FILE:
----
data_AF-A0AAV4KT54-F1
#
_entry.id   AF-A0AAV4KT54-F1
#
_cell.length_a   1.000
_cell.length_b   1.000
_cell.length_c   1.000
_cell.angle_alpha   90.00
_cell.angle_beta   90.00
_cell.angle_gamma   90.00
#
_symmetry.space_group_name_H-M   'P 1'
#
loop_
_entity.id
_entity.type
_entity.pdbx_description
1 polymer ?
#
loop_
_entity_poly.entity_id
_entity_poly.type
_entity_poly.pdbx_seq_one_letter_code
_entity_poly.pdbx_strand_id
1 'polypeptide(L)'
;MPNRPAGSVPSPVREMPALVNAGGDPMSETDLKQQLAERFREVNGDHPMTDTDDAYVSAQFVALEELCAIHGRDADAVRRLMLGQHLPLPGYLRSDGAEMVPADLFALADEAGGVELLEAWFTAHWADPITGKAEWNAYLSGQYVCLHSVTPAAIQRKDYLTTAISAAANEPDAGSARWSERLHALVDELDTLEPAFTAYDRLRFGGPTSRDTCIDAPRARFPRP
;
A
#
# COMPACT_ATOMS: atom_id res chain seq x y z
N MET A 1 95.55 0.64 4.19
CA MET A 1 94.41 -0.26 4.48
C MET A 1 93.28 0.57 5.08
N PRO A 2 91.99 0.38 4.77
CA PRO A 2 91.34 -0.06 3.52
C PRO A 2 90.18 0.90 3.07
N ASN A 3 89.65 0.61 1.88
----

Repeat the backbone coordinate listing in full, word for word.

data_AF-A0AAV4KT54-F1
#
_entry.id   AF-A0AAV4KT54-F1
#
_cell.length_a   1.000
_cell.length_b   1.000
_cell.length_c   1.000
_cell.angle_alpha   90.00
_cell.angle_beta   90.00
_cell.angle_gamma   90.00
#
_symmetry.space_group_name_H-M   'P 1'
#
loop_
_entity.id
_entity.type
_entity.pdbx_description
1 polymer ?
#
loop_
_entity_poly.entity_id
_entity_poly.type
_entity_poly.pdbx_seq_one_letter_code
_entity_poly.pdbx_strand_id
1 'polypeptide(L)'
;MPNRPAGSVPSPVREMPALVNAGGDPMSETDLKQQLAERFREVNGDHPMTDTDDAYVSAQFVALEELCAIHGRDADAVRRLMLGQHLPLPGYLRSDGAEMVPADLFALADEAGGVELLEAWFTAHWADPITGKAEWNAYLSGQYVCLHSVTPAAIQRKDYLTTAISAAANEPDAGSARWSERLHALVDELDTLEPAFTAYDRLRFGGPTSRDTCIDAPRARFPRP
;
A
#
# COMPACT_ATOMS: atom_id res chain seq x y z
N MET A 1 95.55 0.64 4.19
CA MET A 1 94.41 -0.26 4.48
C MET A 1 93.28 0.57 5.08
N PRO A 2 91.99 0.38 4.77
CA PRO A 2 91.34 -0.06 3.52
C PRO A 2 90.18 0.90 3.07
N ASN A 3 89.65 0.61 1.88